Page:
New exhibit focuses on Pueblo’s grand but long gone Mineral Palace

Courtesy Pueblo County Historical Society
The Egyptian-inspired Mineral Palace was a Pueblo landmark in the early part of the 19th century.

“You Should've Seen It: Pueblo's Mineral Palace,” is a new exhibit about a Southern Colorado legend and reality built in 1891. 

In the late 19th Century, the Mineral Palace was designed to capture the world’s attention with its soaring domes, grand columns and huge mineral collection. According to exhibit developer Devin Flores, the magnificent building was originally conceived as a business idea put together by influential people of the era, including Colorado’s three-time governor Alva Adams and Henry Clay Brown of Denver’s Brown Palace.

”The Mineral Palace was this way to show off to the world the mineral wealth of Colorado,” Flores said. “At the same time it was a community center.”

Courtesy Pueblo City-County Library District
The interior of the Mineral Palace circa 1930s.

Along with what was then the world’s largest mineral collection–displayed at the foot of towering columns–it was also the site of weddings, political rallies and concerts too, according to Flores. It had multiple domes, with the tallest standing 70 feet high. The space dwarfed the two giant statues inside, known as the Silver Queen and King Coal, he said.

The “royal” statues represented Colorado’s mining industry, Flores said. King Coal, sponsored by the city of Trinidad, stood 16 feet tall. The 18-foot tall Silver Queen was paid for by the City of Aspen.

The new exhibit features life-sized images of these statues, Flores said. “You get a sense of what it would be like to be standing before (them) to help get a sense of the scale of the Mineral Palace, because it really was an enormous building.”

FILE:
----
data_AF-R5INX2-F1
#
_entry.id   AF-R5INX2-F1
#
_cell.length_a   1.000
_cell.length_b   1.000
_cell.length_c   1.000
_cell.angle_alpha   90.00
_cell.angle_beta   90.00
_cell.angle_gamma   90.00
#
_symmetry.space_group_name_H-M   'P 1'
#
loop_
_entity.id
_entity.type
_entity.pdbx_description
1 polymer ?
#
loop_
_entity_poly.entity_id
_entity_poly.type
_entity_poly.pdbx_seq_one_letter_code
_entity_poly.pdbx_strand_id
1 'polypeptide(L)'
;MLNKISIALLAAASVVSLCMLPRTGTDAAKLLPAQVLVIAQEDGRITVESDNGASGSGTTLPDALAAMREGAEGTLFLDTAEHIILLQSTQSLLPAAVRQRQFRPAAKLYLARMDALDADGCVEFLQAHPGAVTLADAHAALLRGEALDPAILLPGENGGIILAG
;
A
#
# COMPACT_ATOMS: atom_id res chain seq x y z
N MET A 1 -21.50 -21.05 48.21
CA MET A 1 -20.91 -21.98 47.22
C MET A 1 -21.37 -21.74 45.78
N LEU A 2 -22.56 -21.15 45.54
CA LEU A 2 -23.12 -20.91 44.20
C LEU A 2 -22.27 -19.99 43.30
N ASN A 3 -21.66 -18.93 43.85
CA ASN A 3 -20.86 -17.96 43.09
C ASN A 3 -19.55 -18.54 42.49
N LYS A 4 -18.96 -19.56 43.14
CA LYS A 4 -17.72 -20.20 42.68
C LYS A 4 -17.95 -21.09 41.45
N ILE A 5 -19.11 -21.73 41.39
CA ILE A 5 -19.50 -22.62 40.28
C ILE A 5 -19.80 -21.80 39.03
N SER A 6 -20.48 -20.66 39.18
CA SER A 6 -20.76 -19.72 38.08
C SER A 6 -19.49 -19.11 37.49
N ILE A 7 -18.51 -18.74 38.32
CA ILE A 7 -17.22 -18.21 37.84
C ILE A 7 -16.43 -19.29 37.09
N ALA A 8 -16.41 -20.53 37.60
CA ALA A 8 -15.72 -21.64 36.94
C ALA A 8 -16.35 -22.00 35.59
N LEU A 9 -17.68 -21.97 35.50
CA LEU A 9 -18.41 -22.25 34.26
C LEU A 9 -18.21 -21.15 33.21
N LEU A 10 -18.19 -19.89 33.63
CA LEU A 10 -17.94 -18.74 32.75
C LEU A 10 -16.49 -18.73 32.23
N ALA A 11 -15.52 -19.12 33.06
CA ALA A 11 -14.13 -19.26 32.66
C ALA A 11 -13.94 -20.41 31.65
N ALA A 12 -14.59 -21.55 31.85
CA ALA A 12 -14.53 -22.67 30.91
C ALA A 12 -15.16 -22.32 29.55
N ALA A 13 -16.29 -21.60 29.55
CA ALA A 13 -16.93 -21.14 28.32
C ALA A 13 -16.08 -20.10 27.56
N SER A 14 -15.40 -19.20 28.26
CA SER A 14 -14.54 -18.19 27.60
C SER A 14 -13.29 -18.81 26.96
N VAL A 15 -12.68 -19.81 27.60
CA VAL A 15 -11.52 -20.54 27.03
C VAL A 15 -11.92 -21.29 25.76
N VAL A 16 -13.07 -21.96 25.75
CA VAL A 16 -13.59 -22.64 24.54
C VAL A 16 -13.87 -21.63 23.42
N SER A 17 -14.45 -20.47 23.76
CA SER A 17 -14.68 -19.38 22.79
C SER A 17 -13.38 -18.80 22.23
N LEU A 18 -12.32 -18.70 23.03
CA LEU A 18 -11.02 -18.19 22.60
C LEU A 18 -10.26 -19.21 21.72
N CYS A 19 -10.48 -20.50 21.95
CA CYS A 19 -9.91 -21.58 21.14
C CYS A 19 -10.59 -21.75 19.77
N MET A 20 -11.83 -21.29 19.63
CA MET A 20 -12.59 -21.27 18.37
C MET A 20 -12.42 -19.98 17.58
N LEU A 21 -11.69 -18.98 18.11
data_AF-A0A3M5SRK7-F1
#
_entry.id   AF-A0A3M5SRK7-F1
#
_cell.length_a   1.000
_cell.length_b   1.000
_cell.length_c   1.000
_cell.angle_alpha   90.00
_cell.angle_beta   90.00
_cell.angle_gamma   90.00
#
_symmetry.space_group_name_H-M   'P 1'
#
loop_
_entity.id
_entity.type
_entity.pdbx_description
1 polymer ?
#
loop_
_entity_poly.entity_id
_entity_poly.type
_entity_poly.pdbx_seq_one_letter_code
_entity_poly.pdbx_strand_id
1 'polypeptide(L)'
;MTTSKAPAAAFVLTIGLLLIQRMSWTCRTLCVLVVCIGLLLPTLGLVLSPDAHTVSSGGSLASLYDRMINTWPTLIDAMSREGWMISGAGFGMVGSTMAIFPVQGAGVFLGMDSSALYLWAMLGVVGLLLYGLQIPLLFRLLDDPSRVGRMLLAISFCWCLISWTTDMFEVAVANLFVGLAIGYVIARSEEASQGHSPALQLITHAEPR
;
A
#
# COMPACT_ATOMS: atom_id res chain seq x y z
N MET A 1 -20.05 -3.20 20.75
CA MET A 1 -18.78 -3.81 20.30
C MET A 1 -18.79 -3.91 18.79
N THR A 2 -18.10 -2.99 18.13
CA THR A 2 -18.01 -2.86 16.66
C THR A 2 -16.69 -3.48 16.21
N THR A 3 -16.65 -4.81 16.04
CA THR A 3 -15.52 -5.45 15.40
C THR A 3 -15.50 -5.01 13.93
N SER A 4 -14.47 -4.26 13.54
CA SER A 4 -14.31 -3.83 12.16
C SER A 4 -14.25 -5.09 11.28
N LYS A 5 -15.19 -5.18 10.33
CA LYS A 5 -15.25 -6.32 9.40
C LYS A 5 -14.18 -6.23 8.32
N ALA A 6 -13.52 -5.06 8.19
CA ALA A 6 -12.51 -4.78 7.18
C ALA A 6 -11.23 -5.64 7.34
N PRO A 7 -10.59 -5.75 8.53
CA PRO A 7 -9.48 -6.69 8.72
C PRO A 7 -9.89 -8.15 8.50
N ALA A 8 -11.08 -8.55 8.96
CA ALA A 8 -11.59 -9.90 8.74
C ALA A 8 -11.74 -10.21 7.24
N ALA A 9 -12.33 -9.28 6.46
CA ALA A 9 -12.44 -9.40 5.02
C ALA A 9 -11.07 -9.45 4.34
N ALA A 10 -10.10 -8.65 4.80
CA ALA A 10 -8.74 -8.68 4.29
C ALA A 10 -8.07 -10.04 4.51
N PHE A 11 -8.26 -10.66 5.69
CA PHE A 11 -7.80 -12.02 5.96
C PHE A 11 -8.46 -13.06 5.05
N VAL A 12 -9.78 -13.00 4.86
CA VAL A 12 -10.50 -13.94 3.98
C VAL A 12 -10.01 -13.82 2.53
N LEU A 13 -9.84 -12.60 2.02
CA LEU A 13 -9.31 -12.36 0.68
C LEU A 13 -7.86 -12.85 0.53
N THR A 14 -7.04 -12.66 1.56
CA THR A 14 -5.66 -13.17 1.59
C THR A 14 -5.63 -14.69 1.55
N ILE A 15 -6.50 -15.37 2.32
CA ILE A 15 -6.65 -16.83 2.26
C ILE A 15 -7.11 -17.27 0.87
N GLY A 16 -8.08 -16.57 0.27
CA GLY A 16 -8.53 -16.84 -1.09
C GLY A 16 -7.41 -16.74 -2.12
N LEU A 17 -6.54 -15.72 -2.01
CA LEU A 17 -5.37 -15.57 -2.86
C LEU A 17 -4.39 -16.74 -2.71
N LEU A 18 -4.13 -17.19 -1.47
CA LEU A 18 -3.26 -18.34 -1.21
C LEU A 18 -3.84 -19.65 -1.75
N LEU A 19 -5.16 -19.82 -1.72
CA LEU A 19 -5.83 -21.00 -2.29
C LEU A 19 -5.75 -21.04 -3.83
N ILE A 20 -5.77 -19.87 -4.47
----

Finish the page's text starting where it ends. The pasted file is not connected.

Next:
In the years after its construction, a lavish park was created around the Mineral Palace with flower gardens, large trees and a lake.

But the opulent structure was difficult to maintain, especially during hard financial times like the silver market crash in 1893, the aftermath of the 1921 Arkansas River flood and The Great Depression. It fell into such disrepair that it was demolished just half a century later in 1942. The Silver Queen and King Coal disappeared. 

Eventually a greenhouse was built on the site and other amenities were added to the park, like a swimming pool. Development and the construction of I-25 have slowly encroached on the 57-acre park. Yet, it remains a popular hub for social gatherings and recreation in Pueblo.

The park and that site have meaning, Flores said. “It still touches Pueblo’s history in small subtle ways,'' he said. “Its echoes, its ripples, carry onwards into the present.”

Interactive art, memorabilia and photographs will help museum visitors experience the scale and grandeur of the Mineral Palace, according to Flores. “You Should've Seen It: Pueblo's Mineral Palace,” also explores the mystery and rumors of what happened to the two royal statues and features oral histories from Puebloans.

The exhibit opens Friday, September 9 and runs through April 1.

Shanna Lewis/CPR News
The long-demolished Mineral Palace still lends its name to a leafy park in Pueblo.